Many of us let other people dictate the way we spend our time. We do things not necessarily because we want to do them, but because we think it’s what others expect of us and we don’t want to let them down. Here is the thing: other people don’t care nearly as much as you think they do. People who are close to you just want you to be happy, and people who aren’t close to you are too busy worrying about how everyone else is perceiving them, that they don’t have time to judge how you’re spending your time. You need to devote your time and energy to tasks that support your own goals, not the goals of others.

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Stop Setting Yourself Up To Fail

“I’m just not that good at time management.” “I’m not an organized person.” “I’m a born procrastinator.”

These are some of the things I’ve heard people say to account for missed deadlines or a lack of productivity. However, when we attribute our productivity failures to a seemingly unchangeable personal trait, we don’t leave ourselves much opportunity or hope for improvement.

In order to change our productivity trajectory, we must first realize that we have the ability to change it. Otherwise, all of the time management advice in the world doesn’t stand a chance of helping.

Analyze Your Effort

During my time teaching elementary school music, one of my students was almost pulled from my program due to failing math grades. I took him aside and said, “What’s the deal? I know you are a smart and motivated student, but your math teacher tells me you don’t put forth any effort on your math homework.” He replied, “Mrs. Schwartz. I’m bad at math. Why in the world would I waste my time trying when I know I’m bad at something?”

He was stuck in a perpetual cycle. He said he was bad at math, so he put forth little effort…which in turn, made him continue to get worse!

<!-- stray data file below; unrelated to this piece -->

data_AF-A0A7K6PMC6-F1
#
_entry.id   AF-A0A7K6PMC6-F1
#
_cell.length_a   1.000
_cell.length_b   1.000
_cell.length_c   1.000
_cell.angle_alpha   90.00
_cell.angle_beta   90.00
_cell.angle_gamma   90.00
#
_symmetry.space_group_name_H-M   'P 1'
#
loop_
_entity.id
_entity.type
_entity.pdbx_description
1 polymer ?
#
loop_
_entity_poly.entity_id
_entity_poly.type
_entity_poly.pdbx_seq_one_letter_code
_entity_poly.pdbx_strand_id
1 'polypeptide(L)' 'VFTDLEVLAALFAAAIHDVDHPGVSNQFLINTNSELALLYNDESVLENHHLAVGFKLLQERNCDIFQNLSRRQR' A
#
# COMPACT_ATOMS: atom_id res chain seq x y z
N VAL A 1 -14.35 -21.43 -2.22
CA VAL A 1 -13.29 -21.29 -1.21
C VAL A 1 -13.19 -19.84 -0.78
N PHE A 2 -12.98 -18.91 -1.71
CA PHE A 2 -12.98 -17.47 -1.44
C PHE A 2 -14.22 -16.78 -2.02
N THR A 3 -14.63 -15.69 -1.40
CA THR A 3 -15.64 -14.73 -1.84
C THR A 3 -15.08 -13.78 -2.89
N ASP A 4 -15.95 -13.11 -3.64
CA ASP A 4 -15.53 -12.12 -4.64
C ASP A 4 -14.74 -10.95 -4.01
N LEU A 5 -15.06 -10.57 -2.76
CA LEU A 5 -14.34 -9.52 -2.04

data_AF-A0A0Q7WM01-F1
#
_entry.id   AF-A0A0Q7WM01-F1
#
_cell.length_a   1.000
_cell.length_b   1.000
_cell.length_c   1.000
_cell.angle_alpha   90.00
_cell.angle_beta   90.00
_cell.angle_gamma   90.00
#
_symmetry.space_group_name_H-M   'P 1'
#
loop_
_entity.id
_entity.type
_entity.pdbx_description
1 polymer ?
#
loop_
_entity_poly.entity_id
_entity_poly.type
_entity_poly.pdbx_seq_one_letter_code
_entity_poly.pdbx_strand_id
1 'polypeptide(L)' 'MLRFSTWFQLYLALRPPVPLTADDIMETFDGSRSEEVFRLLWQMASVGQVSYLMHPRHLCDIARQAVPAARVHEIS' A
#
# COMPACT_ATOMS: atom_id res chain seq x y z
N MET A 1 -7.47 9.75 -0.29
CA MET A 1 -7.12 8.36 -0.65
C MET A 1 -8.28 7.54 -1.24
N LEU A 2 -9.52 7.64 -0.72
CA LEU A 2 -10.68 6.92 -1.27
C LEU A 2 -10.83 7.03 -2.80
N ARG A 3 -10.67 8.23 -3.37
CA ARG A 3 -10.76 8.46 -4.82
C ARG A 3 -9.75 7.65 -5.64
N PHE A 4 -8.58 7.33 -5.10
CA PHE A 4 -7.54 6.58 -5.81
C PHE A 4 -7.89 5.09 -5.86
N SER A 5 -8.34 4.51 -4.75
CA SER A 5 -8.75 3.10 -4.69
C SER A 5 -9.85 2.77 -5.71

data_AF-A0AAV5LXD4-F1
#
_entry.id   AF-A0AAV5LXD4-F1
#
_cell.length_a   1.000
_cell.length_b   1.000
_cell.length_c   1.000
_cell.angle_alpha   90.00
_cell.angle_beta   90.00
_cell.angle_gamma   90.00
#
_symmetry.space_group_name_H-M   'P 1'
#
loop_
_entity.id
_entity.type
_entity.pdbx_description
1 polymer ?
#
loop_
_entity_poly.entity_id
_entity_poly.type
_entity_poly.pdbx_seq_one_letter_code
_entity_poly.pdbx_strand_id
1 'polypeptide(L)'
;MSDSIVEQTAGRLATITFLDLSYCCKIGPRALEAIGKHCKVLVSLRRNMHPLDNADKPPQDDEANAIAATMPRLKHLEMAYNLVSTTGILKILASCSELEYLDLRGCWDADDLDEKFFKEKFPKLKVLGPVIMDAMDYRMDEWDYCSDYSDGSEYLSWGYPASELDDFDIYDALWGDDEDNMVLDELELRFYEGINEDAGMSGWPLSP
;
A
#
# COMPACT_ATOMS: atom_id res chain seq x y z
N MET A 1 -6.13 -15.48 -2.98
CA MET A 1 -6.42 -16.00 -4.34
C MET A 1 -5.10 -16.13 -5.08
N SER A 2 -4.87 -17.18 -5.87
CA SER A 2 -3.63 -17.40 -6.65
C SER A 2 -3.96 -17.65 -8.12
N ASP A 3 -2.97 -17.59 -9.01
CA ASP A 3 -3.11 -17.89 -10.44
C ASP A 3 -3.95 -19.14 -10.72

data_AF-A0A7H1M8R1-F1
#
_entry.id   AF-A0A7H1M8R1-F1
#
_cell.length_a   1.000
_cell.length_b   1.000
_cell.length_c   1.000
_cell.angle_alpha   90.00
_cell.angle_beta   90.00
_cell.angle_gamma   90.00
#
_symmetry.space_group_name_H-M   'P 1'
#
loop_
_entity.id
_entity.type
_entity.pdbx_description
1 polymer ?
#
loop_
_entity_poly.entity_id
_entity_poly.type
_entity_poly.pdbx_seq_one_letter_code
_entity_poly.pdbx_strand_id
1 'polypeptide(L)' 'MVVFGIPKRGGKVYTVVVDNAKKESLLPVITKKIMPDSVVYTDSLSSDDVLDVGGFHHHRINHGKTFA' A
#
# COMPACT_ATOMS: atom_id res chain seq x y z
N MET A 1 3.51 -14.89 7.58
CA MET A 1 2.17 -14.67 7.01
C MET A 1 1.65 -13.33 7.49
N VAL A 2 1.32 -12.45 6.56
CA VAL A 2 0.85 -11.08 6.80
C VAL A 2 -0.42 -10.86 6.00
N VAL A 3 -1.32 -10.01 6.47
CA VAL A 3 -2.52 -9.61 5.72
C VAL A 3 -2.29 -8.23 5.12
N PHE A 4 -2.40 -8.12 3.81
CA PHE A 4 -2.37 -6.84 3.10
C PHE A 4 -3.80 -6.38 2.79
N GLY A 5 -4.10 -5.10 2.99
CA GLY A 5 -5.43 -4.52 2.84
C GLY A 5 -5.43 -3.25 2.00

When we label ourselves a “bad time manager” we can’t help but try less. We all have our own strengths and weaknesses, and everyone will not be equally stellar at all tasks, but we must take an honest look at whether or not we mask a lack of effort with a label of failure. Instead of saying “I’m bad at time management” tweak your thinking to be, “Time management doesn’t come as easily to me, so I’m going to have to try harder than most to meet my deadlines.”

Change Your Strategy

“The definition of insanity is doing the same thing over and over again and expecting different results.” Few people would disagree with that famous quote, yet we often let ourselves get trapped in a perpetual cycle of failure anyway. If you’ve tried to manage your time with the same calendar, the same to-do list, and the same strategies for years and they aren’t working, then you’re long over due for a change! Some methods work better for different people. Perhaps the reason you haven’t found time management success is because you’re struggling to use a method that just doesn’t work for you. Try changing your approach instead of instantly labeling yourself a productivity failure.

Stop the Comparison

The quickest way to get stuck in a motivational rut is to compare yourself to others. Having role models is important, but there is a difference between a constructive admiration of someone’s ability, and a constant comparison of yourself to everyone around you. This leads to only seeing the good in others and only seeing the bad in ourselves.

We might beat ourselves up over the fact that our colleague always finishes projects three times faster than we do, or that a friend finds time to be involved in countless hobbies while we struggle to maintain one or two. What we might overlook is that same colleague may never spend time with her family or that friend may be cracking under the stress of all his obligations.

Don’t strive to be better at managing your obligations than others. Strive to be the best time manager you need to be to accomplish your goals.